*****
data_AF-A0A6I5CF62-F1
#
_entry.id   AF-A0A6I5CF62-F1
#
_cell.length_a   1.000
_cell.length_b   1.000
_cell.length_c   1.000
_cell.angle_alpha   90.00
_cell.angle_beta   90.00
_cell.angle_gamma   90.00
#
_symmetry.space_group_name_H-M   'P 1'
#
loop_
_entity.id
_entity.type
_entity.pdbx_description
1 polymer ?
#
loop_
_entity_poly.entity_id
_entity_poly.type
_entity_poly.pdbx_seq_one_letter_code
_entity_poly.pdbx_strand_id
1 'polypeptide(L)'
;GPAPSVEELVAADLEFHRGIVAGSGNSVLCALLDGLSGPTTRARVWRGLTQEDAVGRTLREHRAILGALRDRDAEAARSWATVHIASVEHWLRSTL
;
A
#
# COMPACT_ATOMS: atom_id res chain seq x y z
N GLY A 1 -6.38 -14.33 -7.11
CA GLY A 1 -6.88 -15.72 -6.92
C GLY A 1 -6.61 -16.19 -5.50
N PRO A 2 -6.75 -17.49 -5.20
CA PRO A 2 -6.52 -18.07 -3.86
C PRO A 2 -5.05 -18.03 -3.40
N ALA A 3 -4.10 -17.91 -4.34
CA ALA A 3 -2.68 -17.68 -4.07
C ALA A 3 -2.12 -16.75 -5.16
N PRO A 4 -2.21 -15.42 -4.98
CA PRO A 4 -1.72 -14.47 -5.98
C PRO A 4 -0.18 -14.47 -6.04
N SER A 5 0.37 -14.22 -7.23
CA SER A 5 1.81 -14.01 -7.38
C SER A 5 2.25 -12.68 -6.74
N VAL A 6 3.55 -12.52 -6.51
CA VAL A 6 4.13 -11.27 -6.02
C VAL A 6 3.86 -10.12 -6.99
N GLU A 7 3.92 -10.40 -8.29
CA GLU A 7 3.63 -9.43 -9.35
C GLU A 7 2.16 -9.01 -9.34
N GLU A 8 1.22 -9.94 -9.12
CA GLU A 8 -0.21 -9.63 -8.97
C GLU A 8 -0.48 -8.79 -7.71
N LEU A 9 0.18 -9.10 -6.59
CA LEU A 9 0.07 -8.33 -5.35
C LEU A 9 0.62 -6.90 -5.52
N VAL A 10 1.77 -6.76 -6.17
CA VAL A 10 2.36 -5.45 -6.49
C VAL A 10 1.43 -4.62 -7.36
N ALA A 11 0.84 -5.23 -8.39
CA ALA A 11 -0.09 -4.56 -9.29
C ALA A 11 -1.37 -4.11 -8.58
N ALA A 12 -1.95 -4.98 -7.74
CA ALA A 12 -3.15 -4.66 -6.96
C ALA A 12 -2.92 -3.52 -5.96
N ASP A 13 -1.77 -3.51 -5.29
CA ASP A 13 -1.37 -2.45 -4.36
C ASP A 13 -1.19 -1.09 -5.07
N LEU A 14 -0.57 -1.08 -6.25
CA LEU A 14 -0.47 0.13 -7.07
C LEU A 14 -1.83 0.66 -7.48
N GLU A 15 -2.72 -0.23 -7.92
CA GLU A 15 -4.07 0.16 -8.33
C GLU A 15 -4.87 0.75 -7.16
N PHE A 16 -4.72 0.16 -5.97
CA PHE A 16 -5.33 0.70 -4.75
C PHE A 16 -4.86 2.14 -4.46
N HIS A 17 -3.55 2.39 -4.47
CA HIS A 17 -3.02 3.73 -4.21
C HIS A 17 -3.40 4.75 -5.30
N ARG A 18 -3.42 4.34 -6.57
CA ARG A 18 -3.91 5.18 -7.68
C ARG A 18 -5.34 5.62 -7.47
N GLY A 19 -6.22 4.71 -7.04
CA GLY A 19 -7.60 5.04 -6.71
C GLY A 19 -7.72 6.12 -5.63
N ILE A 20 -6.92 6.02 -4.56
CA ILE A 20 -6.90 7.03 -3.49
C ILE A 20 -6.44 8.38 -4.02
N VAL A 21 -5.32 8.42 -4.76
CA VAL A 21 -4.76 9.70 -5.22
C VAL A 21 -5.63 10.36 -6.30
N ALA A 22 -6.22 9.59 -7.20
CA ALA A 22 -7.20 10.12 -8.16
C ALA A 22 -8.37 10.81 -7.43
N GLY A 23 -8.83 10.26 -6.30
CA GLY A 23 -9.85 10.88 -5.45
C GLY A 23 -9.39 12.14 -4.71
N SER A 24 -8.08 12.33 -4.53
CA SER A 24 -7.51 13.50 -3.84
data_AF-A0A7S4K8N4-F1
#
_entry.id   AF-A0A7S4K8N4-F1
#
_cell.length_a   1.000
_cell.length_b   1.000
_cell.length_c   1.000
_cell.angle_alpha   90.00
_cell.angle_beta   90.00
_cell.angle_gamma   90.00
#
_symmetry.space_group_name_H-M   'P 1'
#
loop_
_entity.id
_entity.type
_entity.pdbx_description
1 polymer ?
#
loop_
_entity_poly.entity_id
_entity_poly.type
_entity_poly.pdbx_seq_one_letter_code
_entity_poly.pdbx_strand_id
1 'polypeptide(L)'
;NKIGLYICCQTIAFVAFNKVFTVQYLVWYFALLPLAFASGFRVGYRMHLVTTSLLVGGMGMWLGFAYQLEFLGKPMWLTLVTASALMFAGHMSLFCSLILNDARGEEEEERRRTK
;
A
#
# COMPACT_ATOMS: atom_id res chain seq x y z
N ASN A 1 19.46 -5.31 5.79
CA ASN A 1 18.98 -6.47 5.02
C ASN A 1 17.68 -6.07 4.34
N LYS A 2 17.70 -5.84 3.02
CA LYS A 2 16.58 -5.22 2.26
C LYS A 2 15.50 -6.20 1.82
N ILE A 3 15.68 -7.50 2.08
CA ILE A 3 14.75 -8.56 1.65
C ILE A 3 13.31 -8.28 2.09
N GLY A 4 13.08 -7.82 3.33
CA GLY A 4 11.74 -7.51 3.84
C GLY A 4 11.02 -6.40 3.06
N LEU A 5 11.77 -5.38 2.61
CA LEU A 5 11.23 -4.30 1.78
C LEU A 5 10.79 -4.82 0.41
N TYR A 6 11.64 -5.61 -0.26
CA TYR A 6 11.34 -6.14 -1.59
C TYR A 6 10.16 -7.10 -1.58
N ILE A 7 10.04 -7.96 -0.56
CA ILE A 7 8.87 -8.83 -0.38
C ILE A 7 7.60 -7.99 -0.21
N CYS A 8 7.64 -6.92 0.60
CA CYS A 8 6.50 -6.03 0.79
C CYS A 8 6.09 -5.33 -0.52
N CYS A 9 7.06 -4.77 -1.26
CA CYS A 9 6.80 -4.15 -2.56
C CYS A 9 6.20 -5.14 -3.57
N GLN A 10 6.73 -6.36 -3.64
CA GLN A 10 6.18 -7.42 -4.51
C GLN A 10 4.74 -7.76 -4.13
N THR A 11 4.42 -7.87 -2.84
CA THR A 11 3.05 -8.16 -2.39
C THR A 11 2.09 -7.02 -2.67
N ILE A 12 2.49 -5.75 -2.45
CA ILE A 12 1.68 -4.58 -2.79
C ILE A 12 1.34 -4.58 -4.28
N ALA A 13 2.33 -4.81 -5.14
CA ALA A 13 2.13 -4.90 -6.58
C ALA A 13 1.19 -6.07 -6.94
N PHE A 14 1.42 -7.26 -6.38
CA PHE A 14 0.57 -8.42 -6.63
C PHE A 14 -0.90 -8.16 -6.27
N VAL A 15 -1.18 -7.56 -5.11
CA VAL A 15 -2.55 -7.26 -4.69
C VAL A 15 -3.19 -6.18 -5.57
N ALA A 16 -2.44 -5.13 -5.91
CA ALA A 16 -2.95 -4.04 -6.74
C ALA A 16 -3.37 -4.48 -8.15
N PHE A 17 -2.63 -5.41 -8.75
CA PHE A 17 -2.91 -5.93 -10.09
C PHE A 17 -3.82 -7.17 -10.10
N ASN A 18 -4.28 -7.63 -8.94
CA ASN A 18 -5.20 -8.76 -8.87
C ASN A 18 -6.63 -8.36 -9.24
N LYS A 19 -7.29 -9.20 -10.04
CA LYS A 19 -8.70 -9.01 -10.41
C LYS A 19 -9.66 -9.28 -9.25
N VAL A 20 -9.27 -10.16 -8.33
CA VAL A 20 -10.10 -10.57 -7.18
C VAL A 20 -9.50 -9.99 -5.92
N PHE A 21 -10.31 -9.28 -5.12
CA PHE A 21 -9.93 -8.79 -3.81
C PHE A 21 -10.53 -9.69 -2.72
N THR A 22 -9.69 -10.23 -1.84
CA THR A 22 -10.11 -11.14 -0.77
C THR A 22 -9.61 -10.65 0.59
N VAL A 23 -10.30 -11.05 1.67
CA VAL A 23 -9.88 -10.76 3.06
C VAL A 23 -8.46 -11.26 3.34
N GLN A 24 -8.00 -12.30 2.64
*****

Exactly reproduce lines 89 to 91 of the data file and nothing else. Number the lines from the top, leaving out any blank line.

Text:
CA ILE A 20 -6.90 7.03 -3.49
C ILE A 20 -6.44 8.38 -4.02
N VAL A 21 -5.32 8.42 -4.76